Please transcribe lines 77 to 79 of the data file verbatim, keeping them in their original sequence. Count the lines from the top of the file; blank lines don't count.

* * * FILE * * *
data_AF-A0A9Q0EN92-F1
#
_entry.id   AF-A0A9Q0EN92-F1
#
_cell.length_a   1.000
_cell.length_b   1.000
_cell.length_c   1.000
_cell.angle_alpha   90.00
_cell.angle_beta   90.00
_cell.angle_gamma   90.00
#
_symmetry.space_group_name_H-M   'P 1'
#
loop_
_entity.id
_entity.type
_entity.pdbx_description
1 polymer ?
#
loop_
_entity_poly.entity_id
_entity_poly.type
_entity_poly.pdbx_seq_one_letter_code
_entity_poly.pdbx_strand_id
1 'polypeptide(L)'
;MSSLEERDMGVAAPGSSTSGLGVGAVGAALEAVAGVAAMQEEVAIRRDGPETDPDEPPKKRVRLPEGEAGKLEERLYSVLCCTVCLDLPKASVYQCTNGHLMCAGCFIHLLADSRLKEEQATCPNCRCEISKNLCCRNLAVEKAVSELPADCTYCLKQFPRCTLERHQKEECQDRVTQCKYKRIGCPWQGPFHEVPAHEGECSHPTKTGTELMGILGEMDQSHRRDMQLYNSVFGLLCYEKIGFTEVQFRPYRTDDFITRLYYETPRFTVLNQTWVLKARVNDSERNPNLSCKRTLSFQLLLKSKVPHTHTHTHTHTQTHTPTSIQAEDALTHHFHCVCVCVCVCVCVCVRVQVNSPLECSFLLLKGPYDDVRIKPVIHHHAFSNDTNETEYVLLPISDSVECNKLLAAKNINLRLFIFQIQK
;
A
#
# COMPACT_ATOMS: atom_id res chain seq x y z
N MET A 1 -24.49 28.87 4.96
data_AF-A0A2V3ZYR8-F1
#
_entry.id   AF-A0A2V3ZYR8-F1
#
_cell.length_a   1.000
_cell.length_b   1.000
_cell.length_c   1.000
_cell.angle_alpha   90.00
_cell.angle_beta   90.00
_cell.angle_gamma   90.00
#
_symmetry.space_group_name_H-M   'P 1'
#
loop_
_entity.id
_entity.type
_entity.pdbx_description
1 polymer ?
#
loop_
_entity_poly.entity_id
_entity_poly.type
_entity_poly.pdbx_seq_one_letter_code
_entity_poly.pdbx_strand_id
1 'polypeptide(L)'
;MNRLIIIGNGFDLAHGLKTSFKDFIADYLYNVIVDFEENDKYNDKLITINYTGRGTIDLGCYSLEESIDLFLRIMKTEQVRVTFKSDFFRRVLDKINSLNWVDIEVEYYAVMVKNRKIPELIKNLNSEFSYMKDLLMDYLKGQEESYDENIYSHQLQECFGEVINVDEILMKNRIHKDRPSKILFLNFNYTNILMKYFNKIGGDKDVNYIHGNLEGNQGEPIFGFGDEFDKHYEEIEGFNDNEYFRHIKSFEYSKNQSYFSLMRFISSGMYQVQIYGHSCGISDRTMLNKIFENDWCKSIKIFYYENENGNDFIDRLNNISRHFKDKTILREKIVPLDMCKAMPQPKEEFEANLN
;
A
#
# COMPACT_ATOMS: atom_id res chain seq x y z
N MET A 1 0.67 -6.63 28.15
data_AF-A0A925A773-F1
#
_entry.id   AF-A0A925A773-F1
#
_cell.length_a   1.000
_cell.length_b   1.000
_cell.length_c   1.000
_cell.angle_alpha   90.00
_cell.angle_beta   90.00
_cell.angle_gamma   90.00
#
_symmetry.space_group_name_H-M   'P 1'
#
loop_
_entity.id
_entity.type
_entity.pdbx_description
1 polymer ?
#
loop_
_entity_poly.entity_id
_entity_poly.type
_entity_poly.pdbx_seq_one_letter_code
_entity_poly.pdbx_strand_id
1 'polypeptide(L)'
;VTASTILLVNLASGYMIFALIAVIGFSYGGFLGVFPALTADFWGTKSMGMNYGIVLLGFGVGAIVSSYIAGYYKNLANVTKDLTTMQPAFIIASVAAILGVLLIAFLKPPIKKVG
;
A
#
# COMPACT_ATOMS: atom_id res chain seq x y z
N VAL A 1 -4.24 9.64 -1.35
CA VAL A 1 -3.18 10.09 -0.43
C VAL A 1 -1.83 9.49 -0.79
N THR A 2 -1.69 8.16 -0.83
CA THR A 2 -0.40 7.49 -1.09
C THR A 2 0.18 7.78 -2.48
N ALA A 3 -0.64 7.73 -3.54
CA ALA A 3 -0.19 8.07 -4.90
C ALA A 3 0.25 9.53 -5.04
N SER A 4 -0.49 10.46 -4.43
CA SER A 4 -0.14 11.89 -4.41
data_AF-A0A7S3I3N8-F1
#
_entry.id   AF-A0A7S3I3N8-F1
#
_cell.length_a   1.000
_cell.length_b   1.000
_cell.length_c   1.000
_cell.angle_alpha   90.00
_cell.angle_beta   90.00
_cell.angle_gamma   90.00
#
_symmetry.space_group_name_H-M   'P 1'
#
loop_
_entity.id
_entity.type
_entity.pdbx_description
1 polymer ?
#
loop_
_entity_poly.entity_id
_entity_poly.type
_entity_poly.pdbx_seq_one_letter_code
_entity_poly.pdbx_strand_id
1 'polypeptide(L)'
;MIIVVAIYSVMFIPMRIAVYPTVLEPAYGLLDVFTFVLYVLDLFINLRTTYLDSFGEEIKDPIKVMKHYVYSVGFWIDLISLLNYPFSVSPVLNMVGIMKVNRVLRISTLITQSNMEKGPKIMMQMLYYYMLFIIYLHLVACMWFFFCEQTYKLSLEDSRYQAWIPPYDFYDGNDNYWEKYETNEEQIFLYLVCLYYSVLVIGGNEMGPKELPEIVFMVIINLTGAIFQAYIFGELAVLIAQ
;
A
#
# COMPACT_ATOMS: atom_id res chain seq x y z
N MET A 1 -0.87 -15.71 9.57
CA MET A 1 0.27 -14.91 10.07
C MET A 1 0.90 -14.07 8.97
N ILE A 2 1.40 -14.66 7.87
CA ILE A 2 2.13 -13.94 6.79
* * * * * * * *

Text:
_entity.id
_entity.type
_entity.pdbx_description